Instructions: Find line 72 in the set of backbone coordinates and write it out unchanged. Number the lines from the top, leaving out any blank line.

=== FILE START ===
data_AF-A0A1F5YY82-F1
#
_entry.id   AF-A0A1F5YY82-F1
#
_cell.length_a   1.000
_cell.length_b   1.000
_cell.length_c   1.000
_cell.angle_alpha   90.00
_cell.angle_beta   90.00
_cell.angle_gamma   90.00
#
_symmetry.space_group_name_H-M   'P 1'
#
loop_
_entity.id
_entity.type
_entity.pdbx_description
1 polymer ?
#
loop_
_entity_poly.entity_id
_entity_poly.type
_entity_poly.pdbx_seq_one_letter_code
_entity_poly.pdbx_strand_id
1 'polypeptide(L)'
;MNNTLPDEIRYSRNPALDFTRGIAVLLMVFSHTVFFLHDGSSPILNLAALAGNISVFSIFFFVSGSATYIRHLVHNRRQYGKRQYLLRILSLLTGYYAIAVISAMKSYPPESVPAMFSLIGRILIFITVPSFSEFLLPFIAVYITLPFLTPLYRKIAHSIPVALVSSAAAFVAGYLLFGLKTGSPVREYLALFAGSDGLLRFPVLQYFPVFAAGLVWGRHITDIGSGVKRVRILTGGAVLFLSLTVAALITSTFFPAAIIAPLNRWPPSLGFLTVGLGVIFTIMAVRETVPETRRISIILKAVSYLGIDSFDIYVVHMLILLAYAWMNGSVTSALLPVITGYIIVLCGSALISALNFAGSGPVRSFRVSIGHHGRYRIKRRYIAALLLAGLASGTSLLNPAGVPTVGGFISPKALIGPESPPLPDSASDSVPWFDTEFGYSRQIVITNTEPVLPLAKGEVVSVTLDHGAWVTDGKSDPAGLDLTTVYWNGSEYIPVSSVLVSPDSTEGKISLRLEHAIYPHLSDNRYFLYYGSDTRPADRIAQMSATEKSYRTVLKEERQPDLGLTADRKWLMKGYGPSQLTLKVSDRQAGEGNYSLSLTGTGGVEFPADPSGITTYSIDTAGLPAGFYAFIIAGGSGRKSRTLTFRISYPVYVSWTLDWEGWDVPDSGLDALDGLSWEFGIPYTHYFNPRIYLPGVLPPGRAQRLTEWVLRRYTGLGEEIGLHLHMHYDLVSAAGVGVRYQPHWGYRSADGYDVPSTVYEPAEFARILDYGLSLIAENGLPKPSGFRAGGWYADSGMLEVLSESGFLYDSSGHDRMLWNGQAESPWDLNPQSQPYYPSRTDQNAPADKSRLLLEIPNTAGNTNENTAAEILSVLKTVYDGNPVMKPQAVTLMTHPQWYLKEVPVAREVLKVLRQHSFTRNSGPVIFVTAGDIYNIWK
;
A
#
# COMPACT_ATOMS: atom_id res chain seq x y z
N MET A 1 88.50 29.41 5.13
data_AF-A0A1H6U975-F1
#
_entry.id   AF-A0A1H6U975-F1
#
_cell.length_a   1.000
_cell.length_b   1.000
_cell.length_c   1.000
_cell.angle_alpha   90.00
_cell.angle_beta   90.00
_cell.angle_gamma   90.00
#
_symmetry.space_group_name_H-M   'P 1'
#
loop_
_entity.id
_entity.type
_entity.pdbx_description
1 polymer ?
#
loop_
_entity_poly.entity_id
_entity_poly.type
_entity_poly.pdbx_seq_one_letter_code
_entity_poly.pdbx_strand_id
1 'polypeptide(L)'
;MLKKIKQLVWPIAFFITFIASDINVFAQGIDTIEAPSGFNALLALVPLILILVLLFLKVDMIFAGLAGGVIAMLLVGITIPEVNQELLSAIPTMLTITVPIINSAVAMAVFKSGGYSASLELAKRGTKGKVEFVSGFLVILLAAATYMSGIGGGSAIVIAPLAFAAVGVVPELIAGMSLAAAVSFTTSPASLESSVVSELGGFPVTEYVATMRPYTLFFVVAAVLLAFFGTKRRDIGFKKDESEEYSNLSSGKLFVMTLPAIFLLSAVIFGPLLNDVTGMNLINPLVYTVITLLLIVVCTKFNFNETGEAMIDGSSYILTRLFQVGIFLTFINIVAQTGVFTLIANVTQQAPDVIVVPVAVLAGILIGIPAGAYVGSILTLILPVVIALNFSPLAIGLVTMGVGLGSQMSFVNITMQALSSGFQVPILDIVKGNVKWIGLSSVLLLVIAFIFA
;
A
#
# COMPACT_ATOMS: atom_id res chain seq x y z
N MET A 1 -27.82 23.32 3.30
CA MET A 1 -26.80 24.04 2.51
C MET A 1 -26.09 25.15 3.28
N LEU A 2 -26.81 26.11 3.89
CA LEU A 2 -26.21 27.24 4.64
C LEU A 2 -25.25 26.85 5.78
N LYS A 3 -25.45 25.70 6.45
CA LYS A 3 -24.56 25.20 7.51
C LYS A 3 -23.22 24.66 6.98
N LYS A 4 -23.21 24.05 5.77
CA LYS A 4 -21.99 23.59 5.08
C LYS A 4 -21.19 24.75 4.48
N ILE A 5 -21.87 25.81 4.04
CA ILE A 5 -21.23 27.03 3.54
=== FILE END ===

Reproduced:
CA LYS A 4 -21.99 23.59 5.08